Last Sunday, after three months of intensive pre-production work, and two 12-hour days of filming, we wrapped shooting Bunker and are now busily working on post. Whew.
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I came across these little promotional films for The Go! Team tonight while diligently
avoiding getting to my to-do list working away on editing notes. I love me some Go! Team — their music is at the top of my daily playlist, especially on days when my mood is dipping. Anyhow, I found the contrast between the two videos — the first uploaded in 2006, the second shot in 2009 and uploaded in 2011, kind of interesting. What can I say? I get into listening to band members talking about their music. If you do too, check it out.
Bunker Production Journal
November 11, 2011
Last time on Adventures in Filmmaking, I told you all about the awesome crew we’ve lined up to shoot my short film, Bunker, and promised that I’d write another journal entry about the art design and such. Then things got a little busy, what with going off to NYC a week before my shoot, but I thought I’d take a few minutes out of my day to catch up on this before I disappear into the netherworld of last-minute pre-production and shooting for two 12-hour days this weekend.
One of the things I see lacking on a lot of low-budget indie films is production design. I was reading an article in Filmmaker Magazine about how the economy and budget crunches are affecting below-the-line spending and how art direction is one of the areas taking a hit with this, and how more and more filmmakers are using their own furniture and such in their production design to save dollars. Certainly this has been the case with Bunker. We’re spending a lot of money on this film, for a short film (and we’re still looking at doing a crowd-funding thing to help defray some of our post costs, even though we’ve managed our expenses as well as I think we could have while getting the level of crew experience I wanted), but when it came down to the bottom line, I felt like I needed to focus our spending on those areas in which I have zero experience or knowledge (all the tech stuff, basically). If I wanted to get the best folks for those jobs, something was going to have to give.
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This is the weirdest thing I’ve seen since the Japanese Yatta Yatta video — which is saying a lot, since that one featured half-naked Japanese comedians wearing nothing but giant green leaf loincloths. Today from Asia, we have a group of Chinese senior citizens enthusiastically covering Lady Gaga’s “Bad Romance,” accompanied by young girls in short skirts and white go-go boots playing traditional Chinese instruments made of glass. No, I don’t get it either, but hey, it made me chuckle on a hectic day of pre-production, and maybe it will make your day too. I’ll warn you, though … once seen, it cannot be unseen. You’re welcome.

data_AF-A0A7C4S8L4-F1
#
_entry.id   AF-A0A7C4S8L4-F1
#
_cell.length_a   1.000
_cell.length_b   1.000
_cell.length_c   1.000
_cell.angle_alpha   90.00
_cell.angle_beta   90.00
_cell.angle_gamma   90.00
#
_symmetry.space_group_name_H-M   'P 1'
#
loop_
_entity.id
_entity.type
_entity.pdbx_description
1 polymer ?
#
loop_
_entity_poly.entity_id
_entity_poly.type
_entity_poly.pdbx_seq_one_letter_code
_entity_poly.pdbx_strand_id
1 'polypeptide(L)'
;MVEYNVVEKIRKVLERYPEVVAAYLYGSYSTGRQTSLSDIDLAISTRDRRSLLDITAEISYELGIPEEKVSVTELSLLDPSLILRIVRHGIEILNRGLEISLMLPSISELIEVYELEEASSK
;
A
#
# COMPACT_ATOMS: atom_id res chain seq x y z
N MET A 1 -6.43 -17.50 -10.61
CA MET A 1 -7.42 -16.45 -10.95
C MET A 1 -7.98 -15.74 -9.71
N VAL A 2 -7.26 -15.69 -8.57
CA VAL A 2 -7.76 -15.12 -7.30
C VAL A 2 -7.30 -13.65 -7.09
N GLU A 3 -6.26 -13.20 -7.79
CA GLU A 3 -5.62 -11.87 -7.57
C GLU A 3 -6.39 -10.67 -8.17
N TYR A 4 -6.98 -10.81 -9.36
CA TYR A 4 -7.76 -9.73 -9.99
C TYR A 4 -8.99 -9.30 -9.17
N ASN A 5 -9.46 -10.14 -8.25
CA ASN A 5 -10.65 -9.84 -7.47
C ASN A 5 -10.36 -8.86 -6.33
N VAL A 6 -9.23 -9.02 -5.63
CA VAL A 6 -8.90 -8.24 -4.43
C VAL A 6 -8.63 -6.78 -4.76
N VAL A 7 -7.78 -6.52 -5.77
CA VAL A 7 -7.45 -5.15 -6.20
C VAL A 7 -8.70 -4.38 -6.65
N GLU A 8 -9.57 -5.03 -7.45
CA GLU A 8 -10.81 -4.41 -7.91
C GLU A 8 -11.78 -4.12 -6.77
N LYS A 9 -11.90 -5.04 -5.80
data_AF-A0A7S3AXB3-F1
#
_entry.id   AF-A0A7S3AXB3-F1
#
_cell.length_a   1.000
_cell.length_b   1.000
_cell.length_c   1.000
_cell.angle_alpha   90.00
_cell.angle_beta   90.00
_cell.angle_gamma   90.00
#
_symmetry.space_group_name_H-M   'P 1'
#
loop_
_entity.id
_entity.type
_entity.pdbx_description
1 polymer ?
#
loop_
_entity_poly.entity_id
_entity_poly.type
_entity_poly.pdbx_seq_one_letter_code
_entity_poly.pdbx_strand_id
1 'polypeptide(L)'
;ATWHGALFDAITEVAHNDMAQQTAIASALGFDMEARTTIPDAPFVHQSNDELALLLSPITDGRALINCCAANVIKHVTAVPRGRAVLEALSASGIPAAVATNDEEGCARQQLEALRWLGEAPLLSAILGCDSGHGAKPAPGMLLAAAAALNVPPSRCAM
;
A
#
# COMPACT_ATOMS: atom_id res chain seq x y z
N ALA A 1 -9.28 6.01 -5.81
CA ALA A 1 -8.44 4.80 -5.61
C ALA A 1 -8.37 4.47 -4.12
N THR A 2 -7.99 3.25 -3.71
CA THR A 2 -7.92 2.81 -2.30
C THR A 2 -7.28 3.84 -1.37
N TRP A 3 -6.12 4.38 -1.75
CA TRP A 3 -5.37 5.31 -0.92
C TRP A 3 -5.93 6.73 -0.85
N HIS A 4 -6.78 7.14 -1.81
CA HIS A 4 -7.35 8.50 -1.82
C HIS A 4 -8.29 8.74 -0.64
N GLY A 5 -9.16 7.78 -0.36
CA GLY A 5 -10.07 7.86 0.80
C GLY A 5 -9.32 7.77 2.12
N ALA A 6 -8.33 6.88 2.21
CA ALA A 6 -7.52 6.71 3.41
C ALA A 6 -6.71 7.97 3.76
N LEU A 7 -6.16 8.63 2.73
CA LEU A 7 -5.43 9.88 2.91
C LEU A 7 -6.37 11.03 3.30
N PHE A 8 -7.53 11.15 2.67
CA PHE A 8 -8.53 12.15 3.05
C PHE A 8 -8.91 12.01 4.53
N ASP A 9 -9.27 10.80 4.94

P.S. Just in case you’ve never seen Yatta Yatta, I’m including it below for your listening and viewing pleasure. Consider it a free bonus gift to get you through your humpday. There’s some folks in this industry that I like to imagine covering this song while wearing the green leaf loincloths, when I’m having a particularly irritating day. Try it yourself … it’ll make you smile, though you may have a hard time looking those folks in the eye next time you see them.
Hey y’all! Jenny Lawson, aka The Bloggess, has a book coming out next year (you can pre-order it now). She’s one of my favorite reads; she’s totally screwed up in a way that’s very comforting to the rest of us who are also weird, because we read her stories and we think, “Hey, I’m not so bad!” No, seriously. She’s awesome and whenever I’m stressed out from dealing with the minutae of pre-production leading up to shooting Bunker, I can take a break, read Jenny’s latest misadventures with Victor, her long-patient husband, and laugh my ass off. Today’s entry nearly made me snort chai all over my MacBook. An excerpt:
In the elevator, Bob explained that this is a “transient hotel” and I was all, “Like a flophouse?” He just looked at me and I assumed maybe he didn’t know what a flophouse was, so I clarified, “You mean, like a crack house?” He was still quiet, so to fill the awkward silence I said, “Because this is the swankiest damn crack house I’ve ever been in.” Then more people got on the elevator and they stared at me and I assumed they were staring because they only heard the last part of our conversation, so I further clarified “Not that I’ve been in a lot of crack houses, I mean. I was just being polite.”
In hindsight, it’s possible that they staring at me because I was carrying a dead mouse and because the hotel porter had a hot-pink purse on his shoulder, and not because I was bragging about all the crack houses I hadn’t been to. It didn’t really matter though because we got off on the next floor, and then Bob explained that a “transient hotel” is one where people stay overnight. I explained that normal people just call that “a hotel.”
You can read the full entry right here, but you should not probably not drink your chai or coffee or vodka while reading it, lest you snort it all over your MacBook from laughing.
I flew into NYC on a red-eye flight Thursday night, arriving at JFK at about 5:30AM, so as to have Friday to unwind and see some friends. I wanted to fly Virgin, but there were no direct flights on Virgin from Seattle, and it would have cost a lot more, so I ended up flying JetBlue on the recommendation of a frequent East-West commuting friend. JetBlue was great, as far as long-ass cross country flights go. Slept most of the way, other than when Anxious-About-Flying Woman next to me kept freaking out and wringing her hands; when we hit a bit of turbulence she freaked out and started yelling, waking the sleeping 2YO behind us, which everyone on the packed flight very much appreciated.
Landed, grabbed a cab, got to John Wildman and Justina Walford’s very stylish digs about two blocks from John’s office at Film Society Lincoln Center. Their apartment would make a nice set for a short film about a smart, hip, professional couple. John and I grabbed breakfast with my good friend Karen Gehres, a filmmaker I met a few years ago at Ebertfest when her film Begging Naked played there. Ebertfest is a great place for making lifelong friends. I wanted to go for a long walk around town, but I was SO tired that I really just needed a bath and a short nap before meeting up with Jennifer Merin, Joanna Langfield and Thelma Adams from Alliance of Women Film Journalists over happy hour. I brought Karen along with me, and a good chat was had by all.